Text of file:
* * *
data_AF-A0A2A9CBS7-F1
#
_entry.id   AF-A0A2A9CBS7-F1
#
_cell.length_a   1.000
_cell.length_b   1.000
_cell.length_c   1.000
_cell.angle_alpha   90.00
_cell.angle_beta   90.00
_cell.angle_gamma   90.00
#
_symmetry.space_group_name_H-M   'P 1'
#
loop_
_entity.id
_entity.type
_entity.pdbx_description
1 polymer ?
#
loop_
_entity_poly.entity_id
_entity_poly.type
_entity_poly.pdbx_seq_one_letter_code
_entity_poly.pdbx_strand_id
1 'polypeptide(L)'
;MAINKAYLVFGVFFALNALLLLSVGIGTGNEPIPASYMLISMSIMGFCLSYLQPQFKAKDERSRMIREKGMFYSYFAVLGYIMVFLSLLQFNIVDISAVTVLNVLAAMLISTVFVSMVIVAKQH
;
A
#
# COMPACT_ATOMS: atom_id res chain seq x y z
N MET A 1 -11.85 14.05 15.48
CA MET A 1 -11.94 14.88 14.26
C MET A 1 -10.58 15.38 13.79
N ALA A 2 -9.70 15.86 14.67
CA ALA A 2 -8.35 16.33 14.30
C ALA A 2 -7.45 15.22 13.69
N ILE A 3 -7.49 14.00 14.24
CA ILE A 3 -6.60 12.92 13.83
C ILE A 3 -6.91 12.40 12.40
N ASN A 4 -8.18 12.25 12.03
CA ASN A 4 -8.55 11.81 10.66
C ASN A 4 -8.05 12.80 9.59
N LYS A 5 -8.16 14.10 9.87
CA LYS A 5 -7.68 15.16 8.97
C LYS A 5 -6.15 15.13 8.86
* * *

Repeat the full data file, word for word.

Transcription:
data_AF-A0A2A9CBS7-F1
#
_entry.id   AF-A0A2A9CBS7-F1
#
_cell.length_a   1.000
_cell.length_b   1.000
_cell.length_c   1.000
_cell.angle_alpha   90.00
_cell.angle_beta   90.00
_cell.angle_gamma   90.00
#
_symmetry.space_group_name_H-M   'P 1'
#
loop_
_entity.id
_entity.type
_entity.pdbx_description
1 polymer ?
#
loop_
_entity_poly.entity_id
_entity_poly.type
_entity_poly.pdbx_seq_one_letter_code
_entity_poly.pdbx_strand_id
1 'polypeptide(L)'
;MAINKAYLVFGVFFALNALLLLSVGIGTGNEPIPASYMLISMSIMGFCLSYLQPQFKAKDERSRMIREKGMFYSYFAVLGYIMVFLSLLQFNIVDISAVTVLNVLAAMLISTVFVSMVIVAKQH
;
A
#
# COMPACT_ATOMS: atom_id res chain seq x y z
N MET A 1 -11.85 14.05 15.48
CA MET A 1 -11.94 14.88 14.26
C MET A 1 -10.58 15.38 13.79
N ALA A 2 -9.70 15.86 14.67
CA ALA A 2 -8.35 16.33 14.30
C ALA A 2 -7.45 15.22 13.69
N ILE A 3 -7.49 14.00 14.24
CA ILE A 3 -6.60 12.92 13.83
C ILE A 3 -6.91 12.40 12.40
N ASN A 4 -8.18 12.25 12.03
CA ASN A 4 -8.55 11.81 10.66
C ASN A 4 -8.05 12.80 9.59
N LYS A 5 -8.16 14.10 9.87
CA LYS A 5 -7.68 15.16 8.97
C LYS A 5 -6.15 15.13 8.86